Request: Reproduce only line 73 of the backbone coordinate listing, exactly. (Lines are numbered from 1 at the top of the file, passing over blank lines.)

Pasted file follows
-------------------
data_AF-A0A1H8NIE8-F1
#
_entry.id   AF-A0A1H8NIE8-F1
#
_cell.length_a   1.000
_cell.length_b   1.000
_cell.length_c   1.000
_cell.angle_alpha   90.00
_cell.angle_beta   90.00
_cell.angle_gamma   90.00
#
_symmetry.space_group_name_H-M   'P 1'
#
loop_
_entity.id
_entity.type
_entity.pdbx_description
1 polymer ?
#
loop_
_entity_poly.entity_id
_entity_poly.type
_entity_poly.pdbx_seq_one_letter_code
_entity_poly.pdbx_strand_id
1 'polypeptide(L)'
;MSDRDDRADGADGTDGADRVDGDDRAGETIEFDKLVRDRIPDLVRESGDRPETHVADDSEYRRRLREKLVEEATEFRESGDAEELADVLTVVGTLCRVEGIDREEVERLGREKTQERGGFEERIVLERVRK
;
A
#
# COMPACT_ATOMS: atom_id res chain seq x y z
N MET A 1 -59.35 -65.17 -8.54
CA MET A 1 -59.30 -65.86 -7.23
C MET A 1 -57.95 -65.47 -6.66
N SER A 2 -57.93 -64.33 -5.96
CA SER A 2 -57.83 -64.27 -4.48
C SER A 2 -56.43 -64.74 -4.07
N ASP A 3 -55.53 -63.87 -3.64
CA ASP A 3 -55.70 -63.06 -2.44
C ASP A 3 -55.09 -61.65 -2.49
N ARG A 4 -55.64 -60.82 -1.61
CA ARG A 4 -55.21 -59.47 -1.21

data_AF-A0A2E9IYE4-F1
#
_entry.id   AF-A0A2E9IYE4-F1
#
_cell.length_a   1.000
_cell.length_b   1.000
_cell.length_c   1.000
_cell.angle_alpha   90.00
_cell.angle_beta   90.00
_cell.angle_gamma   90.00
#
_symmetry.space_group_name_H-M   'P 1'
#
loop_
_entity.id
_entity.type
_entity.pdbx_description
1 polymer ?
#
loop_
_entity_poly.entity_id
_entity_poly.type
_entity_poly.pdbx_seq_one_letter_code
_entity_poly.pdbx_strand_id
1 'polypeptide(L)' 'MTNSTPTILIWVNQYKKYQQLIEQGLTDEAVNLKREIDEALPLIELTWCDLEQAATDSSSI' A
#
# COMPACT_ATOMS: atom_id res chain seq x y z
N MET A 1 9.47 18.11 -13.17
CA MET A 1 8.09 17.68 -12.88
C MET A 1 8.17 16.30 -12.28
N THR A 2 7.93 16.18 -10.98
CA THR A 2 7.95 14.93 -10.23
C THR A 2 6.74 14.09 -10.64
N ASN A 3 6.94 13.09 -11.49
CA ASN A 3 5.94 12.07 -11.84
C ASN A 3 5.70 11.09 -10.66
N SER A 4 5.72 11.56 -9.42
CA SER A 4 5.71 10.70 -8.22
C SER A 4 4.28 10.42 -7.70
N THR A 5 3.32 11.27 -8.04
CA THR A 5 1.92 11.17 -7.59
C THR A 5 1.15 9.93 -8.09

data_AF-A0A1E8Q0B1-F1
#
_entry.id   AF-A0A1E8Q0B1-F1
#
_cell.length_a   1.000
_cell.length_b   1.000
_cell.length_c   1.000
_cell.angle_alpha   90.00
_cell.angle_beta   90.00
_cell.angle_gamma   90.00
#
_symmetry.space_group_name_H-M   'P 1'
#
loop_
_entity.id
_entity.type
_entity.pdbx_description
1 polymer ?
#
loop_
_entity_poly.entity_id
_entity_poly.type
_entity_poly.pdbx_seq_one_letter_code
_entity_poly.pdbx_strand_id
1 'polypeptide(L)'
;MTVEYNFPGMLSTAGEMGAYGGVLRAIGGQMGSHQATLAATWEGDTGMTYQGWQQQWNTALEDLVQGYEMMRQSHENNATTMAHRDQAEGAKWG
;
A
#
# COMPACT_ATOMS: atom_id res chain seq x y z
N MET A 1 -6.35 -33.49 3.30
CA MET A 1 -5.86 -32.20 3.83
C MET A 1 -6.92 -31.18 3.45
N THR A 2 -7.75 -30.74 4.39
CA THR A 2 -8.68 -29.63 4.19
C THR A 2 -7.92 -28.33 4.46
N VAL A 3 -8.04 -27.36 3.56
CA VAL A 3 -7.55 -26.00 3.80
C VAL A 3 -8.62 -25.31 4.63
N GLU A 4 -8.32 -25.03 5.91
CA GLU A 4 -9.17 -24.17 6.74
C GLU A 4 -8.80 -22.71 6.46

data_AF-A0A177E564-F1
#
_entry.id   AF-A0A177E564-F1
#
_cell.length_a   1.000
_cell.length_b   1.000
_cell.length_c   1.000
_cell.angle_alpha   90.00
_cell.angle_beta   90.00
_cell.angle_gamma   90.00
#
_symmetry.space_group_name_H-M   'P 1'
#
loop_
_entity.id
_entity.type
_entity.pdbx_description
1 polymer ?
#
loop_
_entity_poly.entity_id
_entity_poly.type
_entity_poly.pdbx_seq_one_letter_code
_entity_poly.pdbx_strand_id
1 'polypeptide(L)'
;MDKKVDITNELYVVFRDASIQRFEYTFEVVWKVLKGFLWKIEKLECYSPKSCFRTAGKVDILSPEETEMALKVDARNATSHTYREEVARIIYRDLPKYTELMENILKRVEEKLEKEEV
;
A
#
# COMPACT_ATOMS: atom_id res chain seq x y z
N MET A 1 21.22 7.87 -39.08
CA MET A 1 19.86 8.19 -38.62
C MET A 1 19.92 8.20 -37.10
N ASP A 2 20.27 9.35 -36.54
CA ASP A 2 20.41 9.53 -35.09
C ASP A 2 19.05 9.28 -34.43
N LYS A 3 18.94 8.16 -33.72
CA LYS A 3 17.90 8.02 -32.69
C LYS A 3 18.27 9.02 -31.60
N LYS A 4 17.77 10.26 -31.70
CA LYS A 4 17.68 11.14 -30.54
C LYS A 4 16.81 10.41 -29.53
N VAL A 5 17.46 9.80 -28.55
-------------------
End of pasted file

CA THR A 2 7.95 14.93 -10.23